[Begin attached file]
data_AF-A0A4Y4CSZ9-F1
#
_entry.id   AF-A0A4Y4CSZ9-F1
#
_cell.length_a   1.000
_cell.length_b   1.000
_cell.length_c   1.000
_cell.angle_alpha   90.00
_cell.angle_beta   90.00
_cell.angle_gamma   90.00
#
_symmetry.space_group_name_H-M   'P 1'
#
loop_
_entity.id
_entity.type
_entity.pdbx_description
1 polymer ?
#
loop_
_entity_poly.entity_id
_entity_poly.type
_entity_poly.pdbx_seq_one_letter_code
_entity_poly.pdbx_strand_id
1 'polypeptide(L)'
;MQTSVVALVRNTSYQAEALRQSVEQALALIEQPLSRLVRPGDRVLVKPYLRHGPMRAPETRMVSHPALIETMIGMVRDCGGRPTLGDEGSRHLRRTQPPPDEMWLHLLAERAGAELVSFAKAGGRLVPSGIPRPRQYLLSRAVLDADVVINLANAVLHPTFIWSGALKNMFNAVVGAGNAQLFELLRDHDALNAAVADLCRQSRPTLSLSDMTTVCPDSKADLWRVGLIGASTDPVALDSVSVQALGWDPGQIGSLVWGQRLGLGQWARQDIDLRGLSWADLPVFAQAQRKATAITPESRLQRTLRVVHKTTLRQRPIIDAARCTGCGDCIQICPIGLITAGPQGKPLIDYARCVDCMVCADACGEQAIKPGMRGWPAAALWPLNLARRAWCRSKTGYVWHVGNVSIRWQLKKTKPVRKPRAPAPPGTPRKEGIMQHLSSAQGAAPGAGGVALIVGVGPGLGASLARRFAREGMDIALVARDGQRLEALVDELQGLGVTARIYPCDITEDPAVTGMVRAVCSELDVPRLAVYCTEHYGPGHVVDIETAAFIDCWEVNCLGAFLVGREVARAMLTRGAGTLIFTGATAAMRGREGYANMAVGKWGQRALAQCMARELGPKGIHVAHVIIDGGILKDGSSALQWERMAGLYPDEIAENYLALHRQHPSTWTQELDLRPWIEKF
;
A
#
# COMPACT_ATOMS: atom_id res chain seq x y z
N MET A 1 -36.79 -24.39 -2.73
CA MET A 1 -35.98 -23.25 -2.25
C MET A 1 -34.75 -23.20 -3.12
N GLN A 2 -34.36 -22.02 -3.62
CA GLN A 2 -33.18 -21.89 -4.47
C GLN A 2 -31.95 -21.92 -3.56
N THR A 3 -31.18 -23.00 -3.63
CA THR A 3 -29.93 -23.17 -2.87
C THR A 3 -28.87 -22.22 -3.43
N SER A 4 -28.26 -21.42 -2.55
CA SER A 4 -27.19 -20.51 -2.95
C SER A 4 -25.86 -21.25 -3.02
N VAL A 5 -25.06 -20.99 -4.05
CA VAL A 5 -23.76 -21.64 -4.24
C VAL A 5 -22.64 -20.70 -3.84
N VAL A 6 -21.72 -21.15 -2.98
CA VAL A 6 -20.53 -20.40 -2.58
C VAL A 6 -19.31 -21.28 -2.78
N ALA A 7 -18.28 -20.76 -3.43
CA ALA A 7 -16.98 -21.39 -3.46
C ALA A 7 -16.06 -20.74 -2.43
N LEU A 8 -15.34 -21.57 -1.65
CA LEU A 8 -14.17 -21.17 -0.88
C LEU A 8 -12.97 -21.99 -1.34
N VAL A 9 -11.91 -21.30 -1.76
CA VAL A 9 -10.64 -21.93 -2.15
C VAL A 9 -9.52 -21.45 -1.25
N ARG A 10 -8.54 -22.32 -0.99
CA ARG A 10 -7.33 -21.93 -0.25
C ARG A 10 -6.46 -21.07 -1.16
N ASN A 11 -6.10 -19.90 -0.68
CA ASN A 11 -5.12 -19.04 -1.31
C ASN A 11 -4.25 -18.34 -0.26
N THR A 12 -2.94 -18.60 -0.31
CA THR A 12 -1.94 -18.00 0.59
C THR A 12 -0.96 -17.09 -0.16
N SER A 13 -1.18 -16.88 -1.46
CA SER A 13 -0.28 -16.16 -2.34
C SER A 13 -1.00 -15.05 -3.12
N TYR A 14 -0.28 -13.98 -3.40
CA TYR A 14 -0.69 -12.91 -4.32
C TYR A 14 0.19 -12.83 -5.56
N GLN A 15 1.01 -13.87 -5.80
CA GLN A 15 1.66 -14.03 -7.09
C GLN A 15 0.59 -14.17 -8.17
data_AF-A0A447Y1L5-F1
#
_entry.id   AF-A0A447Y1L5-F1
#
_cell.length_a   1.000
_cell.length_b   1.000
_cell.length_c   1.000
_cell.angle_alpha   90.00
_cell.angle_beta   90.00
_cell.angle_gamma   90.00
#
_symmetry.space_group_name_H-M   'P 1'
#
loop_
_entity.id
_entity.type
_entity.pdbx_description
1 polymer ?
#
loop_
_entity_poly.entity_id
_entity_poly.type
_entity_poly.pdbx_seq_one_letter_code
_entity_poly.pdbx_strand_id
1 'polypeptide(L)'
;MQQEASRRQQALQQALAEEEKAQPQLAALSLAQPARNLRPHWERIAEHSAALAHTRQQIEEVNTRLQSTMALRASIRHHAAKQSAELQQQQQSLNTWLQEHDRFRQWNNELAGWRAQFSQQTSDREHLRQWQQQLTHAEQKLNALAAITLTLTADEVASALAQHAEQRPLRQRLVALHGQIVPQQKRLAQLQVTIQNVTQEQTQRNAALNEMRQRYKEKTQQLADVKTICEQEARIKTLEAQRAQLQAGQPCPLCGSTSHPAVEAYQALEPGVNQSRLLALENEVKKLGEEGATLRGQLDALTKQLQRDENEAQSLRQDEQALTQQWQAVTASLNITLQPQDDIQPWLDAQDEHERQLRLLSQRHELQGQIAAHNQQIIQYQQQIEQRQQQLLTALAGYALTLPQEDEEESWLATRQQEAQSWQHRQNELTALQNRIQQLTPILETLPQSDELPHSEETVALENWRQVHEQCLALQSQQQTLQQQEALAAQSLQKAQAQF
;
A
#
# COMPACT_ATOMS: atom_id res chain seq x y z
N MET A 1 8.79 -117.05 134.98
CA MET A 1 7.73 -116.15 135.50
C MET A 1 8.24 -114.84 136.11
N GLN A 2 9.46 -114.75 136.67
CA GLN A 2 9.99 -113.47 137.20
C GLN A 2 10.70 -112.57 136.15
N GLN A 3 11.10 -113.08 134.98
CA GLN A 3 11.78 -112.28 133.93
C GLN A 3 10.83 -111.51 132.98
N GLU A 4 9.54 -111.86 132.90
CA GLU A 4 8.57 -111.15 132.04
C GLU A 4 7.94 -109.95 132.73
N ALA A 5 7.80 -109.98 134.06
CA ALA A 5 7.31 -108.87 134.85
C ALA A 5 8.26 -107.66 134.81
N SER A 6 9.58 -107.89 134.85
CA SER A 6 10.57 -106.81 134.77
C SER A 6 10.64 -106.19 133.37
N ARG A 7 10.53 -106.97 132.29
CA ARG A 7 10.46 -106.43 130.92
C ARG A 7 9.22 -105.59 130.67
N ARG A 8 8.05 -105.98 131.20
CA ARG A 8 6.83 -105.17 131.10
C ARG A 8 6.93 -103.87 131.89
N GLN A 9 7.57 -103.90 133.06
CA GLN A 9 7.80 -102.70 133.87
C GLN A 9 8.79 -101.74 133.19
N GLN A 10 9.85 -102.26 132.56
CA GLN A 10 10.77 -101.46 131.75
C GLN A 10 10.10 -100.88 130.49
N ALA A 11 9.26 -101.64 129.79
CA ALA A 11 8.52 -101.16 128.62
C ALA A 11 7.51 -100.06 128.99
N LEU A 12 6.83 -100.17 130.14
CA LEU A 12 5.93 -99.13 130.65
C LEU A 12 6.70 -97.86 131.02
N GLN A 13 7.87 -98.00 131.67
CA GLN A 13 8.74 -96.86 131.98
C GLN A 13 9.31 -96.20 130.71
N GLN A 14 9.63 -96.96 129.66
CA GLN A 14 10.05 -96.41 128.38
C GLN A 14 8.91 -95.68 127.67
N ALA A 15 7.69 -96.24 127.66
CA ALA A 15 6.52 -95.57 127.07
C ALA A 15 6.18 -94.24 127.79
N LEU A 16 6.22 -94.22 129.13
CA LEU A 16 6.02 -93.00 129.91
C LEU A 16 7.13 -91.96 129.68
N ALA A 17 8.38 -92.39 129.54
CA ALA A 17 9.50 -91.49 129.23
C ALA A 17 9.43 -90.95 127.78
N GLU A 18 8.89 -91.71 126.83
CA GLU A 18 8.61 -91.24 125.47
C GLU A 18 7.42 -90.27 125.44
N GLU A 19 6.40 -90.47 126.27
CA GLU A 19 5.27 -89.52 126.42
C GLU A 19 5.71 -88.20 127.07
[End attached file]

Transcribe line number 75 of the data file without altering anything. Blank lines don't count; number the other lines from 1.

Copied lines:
C GLN A 15 0.59 -14.17 -8.17